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    So half of the books say, oh pyruvate is first oxidised and the decarboxylated forming acetate. one states:

    Pyruvate is decarboxylated (loses a carbon atom in form of co2). Pyruvate is oxidised, forming acetate and nad is reduced. coa is combined with acetate to give acetyl coA.

    Now here's the problem, how can a molecule be decarboxylated then the same pyruvate be oxidised, makes no sense!!

    Now i was learning anaerobic respiration , and it said in alcoholic fermentation, pyruvate is decarboxylated to ethanal which is reduced to ethanol (makes sense).

    So applying same principal, if the pyruvate is decarboxylated in link reaction, do we get ethanal, then isn't this ethanal which get oxidised and then is turned into ethanoic acid (acetic acid) which is then fixed with coA to form acetyl coA.

    I've google this so much but nobody mentions ethanal??? Someone please explain this to me the correct way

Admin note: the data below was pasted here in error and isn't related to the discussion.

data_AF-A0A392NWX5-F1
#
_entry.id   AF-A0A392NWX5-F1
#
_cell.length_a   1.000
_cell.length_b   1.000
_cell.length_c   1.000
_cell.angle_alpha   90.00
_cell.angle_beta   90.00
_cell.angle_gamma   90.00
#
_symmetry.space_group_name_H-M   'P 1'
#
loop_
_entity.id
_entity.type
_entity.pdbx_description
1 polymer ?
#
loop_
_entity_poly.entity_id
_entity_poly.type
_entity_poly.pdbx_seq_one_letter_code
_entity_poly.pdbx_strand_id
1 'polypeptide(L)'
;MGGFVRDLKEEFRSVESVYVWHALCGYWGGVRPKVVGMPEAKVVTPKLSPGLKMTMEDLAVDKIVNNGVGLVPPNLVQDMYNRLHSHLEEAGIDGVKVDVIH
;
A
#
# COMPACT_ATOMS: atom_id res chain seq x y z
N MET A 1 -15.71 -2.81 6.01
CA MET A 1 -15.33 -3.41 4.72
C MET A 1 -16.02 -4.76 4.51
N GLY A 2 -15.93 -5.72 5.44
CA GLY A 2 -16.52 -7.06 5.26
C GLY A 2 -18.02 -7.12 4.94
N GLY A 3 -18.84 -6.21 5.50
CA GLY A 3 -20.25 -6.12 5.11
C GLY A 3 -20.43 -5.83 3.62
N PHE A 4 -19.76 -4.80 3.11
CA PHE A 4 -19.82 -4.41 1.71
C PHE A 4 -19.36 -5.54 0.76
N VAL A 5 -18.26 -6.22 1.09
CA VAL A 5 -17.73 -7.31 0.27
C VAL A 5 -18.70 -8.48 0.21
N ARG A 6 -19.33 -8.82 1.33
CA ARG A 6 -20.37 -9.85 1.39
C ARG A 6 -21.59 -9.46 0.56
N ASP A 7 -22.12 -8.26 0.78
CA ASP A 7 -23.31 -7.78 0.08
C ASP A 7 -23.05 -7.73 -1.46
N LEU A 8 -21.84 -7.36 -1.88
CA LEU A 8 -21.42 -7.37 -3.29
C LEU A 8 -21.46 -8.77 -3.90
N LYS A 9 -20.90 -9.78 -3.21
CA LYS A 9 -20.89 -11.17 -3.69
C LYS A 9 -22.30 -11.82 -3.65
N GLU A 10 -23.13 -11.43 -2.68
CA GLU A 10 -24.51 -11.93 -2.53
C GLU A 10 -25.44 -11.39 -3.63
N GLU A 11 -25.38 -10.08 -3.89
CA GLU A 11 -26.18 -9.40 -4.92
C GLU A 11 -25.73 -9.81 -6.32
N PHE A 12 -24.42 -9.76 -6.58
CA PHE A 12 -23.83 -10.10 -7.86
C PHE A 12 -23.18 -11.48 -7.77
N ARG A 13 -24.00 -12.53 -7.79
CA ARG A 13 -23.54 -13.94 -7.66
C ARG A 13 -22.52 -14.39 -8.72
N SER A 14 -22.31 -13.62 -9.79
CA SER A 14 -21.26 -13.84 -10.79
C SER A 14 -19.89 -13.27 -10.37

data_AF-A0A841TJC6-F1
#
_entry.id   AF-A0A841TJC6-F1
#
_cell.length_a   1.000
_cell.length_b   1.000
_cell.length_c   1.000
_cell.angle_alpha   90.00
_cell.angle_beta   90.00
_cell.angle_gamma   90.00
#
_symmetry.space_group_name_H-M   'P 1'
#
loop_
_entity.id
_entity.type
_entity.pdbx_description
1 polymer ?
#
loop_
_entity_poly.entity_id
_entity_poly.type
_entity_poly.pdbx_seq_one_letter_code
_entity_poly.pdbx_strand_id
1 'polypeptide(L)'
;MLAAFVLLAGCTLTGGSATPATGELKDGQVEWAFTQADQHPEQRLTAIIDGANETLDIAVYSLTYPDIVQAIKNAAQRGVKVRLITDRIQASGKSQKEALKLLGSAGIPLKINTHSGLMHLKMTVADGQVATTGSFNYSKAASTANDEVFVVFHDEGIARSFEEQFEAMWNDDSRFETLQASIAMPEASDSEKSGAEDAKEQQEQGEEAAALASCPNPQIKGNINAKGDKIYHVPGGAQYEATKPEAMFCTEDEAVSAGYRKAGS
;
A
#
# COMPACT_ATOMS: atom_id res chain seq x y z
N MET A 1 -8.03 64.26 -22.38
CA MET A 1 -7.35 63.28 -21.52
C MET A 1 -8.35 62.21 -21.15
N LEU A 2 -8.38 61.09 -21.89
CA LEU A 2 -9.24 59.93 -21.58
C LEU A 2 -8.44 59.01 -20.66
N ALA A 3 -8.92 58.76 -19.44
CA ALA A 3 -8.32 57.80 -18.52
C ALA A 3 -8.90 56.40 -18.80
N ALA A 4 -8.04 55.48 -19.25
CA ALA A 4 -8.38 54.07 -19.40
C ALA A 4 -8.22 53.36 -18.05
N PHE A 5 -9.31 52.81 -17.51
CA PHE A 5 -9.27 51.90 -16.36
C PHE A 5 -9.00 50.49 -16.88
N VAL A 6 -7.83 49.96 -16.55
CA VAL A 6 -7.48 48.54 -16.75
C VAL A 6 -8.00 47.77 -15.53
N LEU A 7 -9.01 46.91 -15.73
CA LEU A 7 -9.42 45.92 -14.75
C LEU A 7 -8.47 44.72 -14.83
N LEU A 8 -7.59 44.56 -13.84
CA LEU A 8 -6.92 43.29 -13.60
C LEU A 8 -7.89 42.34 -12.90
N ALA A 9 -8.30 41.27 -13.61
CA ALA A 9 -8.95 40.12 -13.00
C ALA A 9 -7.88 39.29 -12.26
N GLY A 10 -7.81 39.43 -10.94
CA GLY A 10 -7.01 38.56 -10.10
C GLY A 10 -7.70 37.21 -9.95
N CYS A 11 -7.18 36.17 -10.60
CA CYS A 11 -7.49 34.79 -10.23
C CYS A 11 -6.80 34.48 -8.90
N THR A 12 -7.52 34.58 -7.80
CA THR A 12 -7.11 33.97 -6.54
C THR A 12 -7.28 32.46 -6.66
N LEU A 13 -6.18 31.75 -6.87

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    What I say is don't overcomplicate it.
    Anaerobic respiration is a two step process in which pyruvate is only decarboxylated and then its the ethanal which is reduced to ethanol.
    In the link reaction the pyruvate molecule is oxidised and decarboxylated so its a completely different reaction to anaerobic respiration. There is no comparison to it.

    Hope it makes sense
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    (Original post by Hajra Momoniat)
    What I say is don't overcomplicate it.
    Anaerobic respiration is a two step process in which pyruvate is only decarboxylated and then its the ethanal which is reduced to ethanol.
    In the link reaction the pyruvate molecule is oxidised and decarboxylated so its a completely different reaction to anaerobic respiration. There is no comparison to it.

    Hope it makes sense
    "In the link reaction the pyruvate molecule is oxidised and decarboxylated so its a completely different reaction to anaerobic respiration."

    But what i'm saying is pyruvate can't be oxidised first and then decarboxylated, it's the other way around.